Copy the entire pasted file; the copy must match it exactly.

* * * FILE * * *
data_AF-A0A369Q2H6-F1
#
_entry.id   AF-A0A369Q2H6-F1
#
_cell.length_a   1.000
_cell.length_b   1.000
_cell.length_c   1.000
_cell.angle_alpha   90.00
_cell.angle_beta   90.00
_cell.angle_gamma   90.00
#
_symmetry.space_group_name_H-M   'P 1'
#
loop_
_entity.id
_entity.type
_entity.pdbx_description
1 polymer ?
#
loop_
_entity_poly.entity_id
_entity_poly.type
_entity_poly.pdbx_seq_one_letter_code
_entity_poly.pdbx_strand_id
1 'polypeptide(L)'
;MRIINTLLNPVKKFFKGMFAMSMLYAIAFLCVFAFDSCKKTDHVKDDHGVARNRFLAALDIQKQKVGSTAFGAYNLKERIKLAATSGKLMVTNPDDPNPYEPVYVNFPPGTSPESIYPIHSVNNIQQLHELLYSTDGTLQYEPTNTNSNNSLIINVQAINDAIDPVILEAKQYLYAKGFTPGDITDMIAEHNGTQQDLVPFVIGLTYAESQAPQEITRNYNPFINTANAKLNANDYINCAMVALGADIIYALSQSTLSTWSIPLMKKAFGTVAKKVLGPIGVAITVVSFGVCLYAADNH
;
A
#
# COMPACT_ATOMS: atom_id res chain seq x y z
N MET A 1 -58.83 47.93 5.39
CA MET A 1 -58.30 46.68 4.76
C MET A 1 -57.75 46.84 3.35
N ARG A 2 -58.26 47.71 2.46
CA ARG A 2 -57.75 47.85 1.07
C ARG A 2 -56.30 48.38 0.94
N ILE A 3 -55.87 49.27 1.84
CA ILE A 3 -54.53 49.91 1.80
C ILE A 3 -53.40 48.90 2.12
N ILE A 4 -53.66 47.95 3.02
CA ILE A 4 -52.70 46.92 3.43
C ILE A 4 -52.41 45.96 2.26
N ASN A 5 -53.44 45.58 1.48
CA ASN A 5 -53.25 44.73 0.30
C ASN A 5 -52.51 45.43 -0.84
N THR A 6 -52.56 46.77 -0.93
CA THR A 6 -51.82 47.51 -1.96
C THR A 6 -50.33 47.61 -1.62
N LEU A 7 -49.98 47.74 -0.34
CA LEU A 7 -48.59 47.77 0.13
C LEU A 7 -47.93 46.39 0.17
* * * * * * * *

data_AF-A0A369Q2H6-F1
#
_entry.id   AF-A0A369Q2H6-F1
#
_cell.length_a   1.000
_cell.length_b   1.000
_cell.length_c   1.000
_cell.angle_alpha   90.00
_cell.angle_beta   90.00
_cell.angle_gamma   90.00
#
_symmetry.space_group_name_H-M   'P 1'
#
loop_
_entity.id
_entity.type
_entity.pdbx_description
1 polymer ?
#
loop_
_entity_poly.entity_id
_entity_poly.type
_entity_poly.pdbx_seq_one_letter_code
_entity_poly.pdbx_strand_id
1 'polypeptide(L)'
;MRIINTLLNPVKKFFKGMFAMSMLYAIAFLCVFAFDSCKKTDHVKDDHGVARNRFLAALDIQKQKVGSTAFGAYNLKERIKLAATSGKLMVTNPDDPNPYEPVYVNFPPGTSPESIYPIHSVNNIQQLHELLYSTDGTLQYEPTNTNSNNSLIINVQAINDAIDPVILEAKQYLYAKGFTPGDITDMIAEHNGTQQDLVPFVIGLTYAESQAPQEITRNYNPFINTANAKLNANDYINCAMVALGADIIYALSQSTLSTWSIPLMKKAFGTVAKKVLGPIGVAITVVSFGVCLYAADNH
;
A
#
# COMPACT_ATOMS: atom_id res chain seq x y z
N MET A 1 -58.83 47.93 5.39
CA MET A 1 -58.30 46.68 4.76
C MET A 1 -57.75 46.84 3.35
N ARG A 2 -58.26 47.71 2.46
CA ARG A 2 -57.75 47.85 1.07
C ARG A 2 -56.30 48.38 0.94
N ILE A 3 -55.87 49.27 1.84
CA ILE A 3 -54.53 49.91 1.80
C ILE A 3 -53.40 48.90 2.12
N ILE A 4 -53.66 47.95 3.02
CA ILE A 4 -52.70 46.92 3.43
C ILE A 4 -52.41 45.96 2.26
N ASN A 5 -53.44 45.58 1.48
CA ASN A 5 -53.25 44.73 0.30
C ASN A 5 -52.51 45.43 -0.84
N THR A 6 -52.56 46.77 -0.93
CA THR A 6 -51.82 47.51 -1.96
C THR A 6 -50.33 47.61 -1.62
N LEU A 7 -49.98 47.74 -0.34
CA LEU A 7 -48.59 47.77 0.13
C LEU A 7 -47.93 46.39 0.17